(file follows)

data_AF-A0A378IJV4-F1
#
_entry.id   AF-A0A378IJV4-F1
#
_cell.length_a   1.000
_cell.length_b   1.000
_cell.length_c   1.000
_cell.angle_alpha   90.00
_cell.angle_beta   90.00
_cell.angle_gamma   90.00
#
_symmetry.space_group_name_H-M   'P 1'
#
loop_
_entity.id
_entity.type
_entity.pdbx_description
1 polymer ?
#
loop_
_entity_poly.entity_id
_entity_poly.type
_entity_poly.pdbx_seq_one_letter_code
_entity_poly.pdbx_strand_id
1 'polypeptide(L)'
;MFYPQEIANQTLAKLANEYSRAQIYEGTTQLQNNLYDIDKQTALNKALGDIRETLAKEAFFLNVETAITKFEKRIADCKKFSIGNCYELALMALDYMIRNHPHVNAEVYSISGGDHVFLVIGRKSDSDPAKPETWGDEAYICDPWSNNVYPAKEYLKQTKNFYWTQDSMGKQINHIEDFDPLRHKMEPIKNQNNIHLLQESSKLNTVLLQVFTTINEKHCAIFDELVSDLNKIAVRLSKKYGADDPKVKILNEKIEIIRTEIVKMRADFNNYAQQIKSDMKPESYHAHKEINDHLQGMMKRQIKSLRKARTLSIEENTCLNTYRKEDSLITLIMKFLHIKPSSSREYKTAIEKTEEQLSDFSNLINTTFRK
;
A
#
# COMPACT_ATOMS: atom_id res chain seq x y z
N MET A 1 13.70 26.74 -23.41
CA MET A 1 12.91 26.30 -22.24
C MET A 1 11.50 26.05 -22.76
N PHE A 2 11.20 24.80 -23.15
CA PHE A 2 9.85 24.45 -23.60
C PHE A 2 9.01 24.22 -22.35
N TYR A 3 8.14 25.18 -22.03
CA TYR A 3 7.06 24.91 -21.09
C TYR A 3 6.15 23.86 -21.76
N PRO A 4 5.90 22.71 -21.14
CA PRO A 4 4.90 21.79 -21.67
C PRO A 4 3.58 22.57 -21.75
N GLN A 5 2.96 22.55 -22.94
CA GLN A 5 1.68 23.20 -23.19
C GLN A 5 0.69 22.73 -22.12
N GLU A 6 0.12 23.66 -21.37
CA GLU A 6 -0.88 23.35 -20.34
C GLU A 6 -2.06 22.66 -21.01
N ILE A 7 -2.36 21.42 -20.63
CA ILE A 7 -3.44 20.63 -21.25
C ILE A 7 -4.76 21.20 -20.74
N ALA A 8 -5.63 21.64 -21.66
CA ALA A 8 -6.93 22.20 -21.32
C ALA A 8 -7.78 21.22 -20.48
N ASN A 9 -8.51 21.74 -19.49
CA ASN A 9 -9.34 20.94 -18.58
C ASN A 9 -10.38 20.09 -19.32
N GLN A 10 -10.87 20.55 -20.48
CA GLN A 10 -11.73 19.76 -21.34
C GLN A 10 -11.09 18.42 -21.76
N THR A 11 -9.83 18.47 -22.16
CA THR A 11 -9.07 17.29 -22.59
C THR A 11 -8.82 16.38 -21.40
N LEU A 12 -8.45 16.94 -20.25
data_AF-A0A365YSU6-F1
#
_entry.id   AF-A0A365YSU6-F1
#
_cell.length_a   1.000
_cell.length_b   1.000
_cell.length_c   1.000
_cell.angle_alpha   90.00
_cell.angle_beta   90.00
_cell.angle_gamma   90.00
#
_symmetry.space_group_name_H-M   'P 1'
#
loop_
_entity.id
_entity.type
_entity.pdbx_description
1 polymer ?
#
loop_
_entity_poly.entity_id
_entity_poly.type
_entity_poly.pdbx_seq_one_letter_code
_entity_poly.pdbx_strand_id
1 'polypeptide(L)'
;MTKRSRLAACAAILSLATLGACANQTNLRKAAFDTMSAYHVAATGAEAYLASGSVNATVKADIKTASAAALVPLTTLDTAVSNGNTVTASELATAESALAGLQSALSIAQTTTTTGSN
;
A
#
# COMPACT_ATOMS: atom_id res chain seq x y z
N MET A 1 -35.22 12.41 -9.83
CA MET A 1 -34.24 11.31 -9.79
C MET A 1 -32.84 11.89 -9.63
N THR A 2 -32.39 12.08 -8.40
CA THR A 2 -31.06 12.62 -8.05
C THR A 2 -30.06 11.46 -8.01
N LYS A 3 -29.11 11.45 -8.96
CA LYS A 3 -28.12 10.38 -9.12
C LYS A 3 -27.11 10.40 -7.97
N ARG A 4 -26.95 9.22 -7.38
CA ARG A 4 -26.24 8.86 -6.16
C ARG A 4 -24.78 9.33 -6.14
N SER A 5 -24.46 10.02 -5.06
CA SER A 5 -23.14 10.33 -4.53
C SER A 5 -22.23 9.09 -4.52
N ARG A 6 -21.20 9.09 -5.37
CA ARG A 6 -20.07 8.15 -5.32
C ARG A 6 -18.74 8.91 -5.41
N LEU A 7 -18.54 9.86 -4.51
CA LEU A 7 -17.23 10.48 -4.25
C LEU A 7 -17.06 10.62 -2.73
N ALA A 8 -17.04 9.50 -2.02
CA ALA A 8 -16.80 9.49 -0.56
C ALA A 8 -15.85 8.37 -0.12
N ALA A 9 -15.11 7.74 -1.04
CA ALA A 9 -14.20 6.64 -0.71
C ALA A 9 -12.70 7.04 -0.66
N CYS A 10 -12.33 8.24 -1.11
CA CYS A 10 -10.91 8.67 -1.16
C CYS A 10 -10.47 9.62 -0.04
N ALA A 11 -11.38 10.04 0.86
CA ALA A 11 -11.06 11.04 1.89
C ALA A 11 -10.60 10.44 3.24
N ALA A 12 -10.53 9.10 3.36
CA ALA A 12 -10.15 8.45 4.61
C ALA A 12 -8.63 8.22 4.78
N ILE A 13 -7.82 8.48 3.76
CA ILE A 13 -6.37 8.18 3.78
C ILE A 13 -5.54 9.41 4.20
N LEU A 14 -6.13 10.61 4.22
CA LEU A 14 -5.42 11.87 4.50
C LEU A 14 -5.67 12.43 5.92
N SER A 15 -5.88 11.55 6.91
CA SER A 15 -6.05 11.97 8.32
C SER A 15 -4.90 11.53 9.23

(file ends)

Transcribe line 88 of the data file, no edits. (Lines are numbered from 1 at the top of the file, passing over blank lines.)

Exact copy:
_entity_poly.pdbx_strand_id